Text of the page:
With guard Nate Robinson expressing his desire to be traded away from the New York Knicks, ESPN.com's Chris Sheridan writes in today's Daily Dime that Boston is the two-time Slam Dunk champion's preferred landing spot.
Sheridan details potential trade scenarios:
Robinson is what's known as a base-year compensation player, a designation given to any player whose salary rises more than 20 percent from the previous season (Robinson went from making $2.02 million to $4 million). If the Knicks found a trade for Robinson that was to his liking, they could only take back a player making $2.02 million or less -- and Walsh has been adamant that he will not take on any contracts that eat up the cap space he has squirreled away for next summer. (Note: A trade of Robinson to Boston for J.R. Giddens and Bill Walker would work under salary cap rules, but would add nearly $2 million to the Knicks' 2010-11 payroll. A Robinson-Marquis Daniels swap -- with all deals possibly brokered through a third team -- would make more sense for New York payroll-wise, but it is questionable whether that would interest the Celtics -- even with Daniels sidelined until the All-Star break by thumb surgery.)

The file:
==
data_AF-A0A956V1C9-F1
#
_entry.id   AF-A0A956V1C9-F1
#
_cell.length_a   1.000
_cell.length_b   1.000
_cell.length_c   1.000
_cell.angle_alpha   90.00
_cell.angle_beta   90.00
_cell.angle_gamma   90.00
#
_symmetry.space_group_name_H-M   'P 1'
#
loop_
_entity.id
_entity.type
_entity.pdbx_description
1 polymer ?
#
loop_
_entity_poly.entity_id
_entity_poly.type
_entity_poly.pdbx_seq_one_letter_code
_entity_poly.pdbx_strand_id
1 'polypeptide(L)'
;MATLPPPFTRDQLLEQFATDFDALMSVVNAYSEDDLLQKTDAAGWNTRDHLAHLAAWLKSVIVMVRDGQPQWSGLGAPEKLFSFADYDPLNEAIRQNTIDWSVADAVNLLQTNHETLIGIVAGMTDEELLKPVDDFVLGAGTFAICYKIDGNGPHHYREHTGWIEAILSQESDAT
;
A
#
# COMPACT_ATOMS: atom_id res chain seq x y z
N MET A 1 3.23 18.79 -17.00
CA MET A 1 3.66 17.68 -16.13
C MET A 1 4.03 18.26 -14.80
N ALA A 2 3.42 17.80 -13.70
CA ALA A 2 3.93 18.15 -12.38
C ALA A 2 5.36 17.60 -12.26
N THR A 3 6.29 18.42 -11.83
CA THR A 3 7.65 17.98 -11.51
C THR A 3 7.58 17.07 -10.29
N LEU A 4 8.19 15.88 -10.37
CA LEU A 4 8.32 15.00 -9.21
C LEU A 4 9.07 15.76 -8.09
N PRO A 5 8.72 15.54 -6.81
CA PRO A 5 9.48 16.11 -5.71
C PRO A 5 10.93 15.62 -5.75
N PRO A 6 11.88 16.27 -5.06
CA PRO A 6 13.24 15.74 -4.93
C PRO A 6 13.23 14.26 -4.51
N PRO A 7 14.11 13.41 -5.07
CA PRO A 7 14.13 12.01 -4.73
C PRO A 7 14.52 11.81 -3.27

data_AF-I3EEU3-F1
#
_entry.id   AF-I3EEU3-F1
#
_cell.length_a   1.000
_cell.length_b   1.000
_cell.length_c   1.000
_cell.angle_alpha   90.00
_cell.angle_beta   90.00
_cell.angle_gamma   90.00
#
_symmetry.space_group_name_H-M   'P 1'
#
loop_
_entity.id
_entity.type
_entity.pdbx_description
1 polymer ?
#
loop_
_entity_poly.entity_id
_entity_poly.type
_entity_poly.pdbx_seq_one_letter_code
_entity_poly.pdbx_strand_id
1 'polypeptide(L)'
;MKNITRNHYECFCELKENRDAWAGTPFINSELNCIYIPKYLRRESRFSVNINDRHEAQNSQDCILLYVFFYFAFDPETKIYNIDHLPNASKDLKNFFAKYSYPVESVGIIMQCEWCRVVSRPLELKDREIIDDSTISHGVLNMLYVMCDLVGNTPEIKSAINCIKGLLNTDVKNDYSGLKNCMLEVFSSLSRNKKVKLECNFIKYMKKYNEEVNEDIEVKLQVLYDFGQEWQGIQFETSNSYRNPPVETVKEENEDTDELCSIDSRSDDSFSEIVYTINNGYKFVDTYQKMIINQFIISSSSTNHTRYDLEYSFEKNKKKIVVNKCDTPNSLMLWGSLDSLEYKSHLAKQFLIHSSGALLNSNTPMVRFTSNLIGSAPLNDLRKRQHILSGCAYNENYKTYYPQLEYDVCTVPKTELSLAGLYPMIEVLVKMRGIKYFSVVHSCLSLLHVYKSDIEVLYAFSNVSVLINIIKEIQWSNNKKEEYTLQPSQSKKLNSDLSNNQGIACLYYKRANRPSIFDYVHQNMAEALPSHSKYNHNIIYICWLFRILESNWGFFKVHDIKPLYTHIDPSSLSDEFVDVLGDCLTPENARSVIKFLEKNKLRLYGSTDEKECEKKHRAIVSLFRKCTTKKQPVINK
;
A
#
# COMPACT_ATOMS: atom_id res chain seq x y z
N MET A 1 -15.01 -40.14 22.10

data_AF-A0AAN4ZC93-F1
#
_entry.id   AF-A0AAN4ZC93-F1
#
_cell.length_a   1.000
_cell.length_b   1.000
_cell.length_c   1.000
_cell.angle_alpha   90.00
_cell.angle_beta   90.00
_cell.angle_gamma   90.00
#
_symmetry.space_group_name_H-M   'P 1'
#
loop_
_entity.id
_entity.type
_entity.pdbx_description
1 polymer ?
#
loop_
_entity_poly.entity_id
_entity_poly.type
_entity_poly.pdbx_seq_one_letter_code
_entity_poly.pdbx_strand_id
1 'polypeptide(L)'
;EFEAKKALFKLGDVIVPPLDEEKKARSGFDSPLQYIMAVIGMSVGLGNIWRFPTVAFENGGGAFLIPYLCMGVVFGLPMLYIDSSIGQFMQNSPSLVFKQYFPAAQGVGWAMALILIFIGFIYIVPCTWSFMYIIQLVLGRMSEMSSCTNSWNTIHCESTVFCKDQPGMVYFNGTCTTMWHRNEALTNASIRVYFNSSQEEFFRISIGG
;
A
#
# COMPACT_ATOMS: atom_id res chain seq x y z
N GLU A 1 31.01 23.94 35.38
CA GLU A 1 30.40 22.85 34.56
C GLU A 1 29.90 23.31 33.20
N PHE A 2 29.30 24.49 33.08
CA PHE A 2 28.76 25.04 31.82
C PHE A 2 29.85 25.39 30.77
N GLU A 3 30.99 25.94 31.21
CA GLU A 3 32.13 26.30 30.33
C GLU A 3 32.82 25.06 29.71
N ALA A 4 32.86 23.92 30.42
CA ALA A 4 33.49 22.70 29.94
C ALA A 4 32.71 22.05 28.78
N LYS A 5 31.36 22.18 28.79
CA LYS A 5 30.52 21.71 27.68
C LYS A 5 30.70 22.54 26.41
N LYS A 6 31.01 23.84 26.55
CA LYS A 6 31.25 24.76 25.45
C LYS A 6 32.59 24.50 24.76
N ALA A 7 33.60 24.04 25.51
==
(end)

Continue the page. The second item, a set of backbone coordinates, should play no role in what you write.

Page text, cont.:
Analysis: The Celtics love what Daniels brings to this team and they've got him at a bargain salary (even if it's just for one season). Especially given the injury situation, there's no way they'd consider moving him for another team's malcontent. When healthy, Daniels is the primary ball-handler for the Celtics' second unit and has the flexibility to go to the post after starting the offense in motion. Add in his defensive value and he's far too well-rounded a player to swap for a streaky scorer.
On the surface, the Giddens-Walker combo would make some sense for the Celtics. Having declined Giddens' option for next season, it appears they're set to let him walk away (though there's always the chance they resign him to a team-friendly deal). Walker continues to rehab with the Maine Red Claws of the NBA Development League and has yet to show if he's worth the lottery talk that surrounded him before his predraft knee injury.
But this reminds us of when Willie McGinest expressed interest in returning to the Patriots before the start of the 2009 season. Just because a player expresses interest in a team, doesn't mean the interest is reciprocal.
The Celtics certainly could use a backup point guard and Robinson is an intriguing option, but we still believe the team has a better option under its thumb in director of basketball development Tyronn Lue, should they be able to coax the 32-year-old out of retirement later this season for a chance to win an NBA title.